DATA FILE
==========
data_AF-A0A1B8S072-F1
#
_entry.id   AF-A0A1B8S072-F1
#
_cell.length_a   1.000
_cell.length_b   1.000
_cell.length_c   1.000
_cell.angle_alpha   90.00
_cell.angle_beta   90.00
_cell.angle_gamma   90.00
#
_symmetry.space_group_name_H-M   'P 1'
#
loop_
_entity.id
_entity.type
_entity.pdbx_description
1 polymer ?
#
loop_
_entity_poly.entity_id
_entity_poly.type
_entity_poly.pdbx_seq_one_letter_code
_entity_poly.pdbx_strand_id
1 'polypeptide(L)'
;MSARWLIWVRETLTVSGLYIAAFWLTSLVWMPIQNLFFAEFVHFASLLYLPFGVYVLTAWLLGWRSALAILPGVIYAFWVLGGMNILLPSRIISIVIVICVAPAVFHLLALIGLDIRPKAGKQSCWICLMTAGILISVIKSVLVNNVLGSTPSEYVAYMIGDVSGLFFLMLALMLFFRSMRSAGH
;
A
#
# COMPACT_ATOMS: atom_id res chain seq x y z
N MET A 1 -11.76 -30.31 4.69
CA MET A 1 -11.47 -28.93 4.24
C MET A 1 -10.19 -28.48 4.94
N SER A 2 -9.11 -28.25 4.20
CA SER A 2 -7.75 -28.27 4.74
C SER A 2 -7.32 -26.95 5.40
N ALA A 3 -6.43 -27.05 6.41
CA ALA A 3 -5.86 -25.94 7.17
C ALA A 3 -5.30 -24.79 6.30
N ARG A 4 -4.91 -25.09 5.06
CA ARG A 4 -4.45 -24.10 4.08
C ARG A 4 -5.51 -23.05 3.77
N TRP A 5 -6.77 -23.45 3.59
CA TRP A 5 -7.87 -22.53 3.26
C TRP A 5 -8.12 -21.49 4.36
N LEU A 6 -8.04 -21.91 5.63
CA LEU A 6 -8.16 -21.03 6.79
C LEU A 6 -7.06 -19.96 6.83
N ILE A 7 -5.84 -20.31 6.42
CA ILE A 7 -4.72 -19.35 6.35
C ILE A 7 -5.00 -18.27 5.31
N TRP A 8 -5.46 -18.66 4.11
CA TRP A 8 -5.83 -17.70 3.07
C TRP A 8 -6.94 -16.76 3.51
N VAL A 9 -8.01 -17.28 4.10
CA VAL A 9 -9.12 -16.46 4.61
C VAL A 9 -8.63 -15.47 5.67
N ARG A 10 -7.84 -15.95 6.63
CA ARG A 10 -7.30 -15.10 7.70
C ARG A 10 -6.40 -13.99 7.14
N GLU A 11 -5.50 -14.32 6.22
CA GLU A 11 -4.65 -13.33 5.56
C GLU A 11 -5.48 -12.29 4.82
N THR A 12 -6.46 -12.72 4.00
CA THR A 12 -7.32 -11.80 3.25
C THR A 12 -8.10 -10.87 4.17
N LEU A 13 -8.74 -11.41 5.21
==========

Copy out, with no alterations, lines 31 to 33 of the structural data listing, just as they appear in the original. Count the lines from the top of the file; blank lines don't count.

N MET A 1 -11.76 -30.31 4.69
CA MET A 1 -11.47 -28.93 4.24
C MET A 1 -10.19 -28.48 4.94